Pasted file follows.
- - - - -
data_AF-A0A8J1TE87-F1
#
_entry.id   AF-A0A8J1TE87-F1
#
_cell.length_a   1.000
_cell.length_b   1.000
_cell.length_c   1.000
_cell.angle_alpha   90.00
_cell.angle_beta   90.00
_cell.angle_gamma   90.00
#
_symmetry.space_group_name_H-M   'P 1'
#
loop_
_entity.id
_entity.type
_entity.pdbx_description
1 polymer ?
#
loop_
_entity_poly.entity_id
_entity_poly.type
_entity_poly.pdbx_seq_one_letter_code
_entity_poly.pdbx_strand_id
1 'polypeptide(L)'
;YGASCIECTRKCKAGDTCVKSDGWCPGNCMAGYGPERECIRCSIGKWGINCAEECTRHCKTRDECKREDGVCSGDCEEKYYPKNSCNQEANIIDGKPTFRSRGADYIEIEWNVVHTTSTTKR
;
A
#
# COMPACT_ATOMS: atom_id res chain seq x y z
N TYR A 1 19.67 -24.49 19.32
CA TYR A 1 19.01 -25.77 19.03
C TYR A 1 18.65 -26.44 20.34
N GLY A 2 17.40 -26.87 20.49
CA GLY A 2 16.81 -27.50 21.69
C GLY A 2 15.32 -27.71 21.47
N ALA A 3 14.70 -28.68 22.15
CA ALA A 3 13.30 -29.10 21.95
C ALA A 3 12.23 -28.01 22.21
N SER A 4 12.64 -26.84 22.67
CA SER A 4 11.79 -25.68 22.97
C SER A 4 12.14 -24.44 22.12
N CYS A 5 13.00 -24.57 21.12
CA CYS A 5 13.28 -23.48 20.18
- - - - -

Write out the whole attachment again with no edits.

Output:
data_AF-A0A8J1TE87-F1
#
_entry.id   AF-A0A8J1TE87-F1
#
_cell.length_a   1.000
_cell.length_b   1.000
_cell.length_c   1.000
_cell.angle_alpha   90.00
_cell.angle_beta   90.00
_cell.angle_gamma   90.00
#
_symmetry.space_group_name_H-M   'P 1'
#
loop_
_entity.id
_entity.type
_entity.pdbx_description
1 polymer ?
#
loop_
_entity_poly.entity_id
_entity_poly.type
_entity_poly.pdbx_seq_one_letter_code
_entity_poly.pdbx_strand_id
1 'polypeptide(L)'
;YGASCIECTRKCKAGDTCVKSDGWCPGNCMAGYGPERECIRCSIGKWGINCAEECTRHCKTRDECKREDGVCSGDCEEKYYPKNSCNQEANIIDGKPTFRSRGADYIEIEWNVVHTTSTTKR
;
A
#
# COMPACT_ATOMS: atom_id res chain seq x y z
N TYR A 1 19.67 -24.49 19.32
CA TYR A 1 19.01 -25.77 19.03
C TYR A 1 18.65 -26.44 20.34
N GLY A 2 17.40 -26.87 20.49
CA GLY A 2 16.81 -27.50 21.69
C GLY A 2 15.32 -27.71 21.47
N ALA A 3 14.70 -28.68 22.15
CA ALA A 3 13.30 -29.10 21.95
C ALA A 3 12.23 -28.01 22.21
N SER A 4 12.64 -26.84 22.67
CA SER A 4 11.79 -25.68 22.97
C SER A 4 12.14 -24.44 22.12
N CYS A 5 13.00 -24.57 21.12
CA CYS A 5 13.28 -23.48 20.18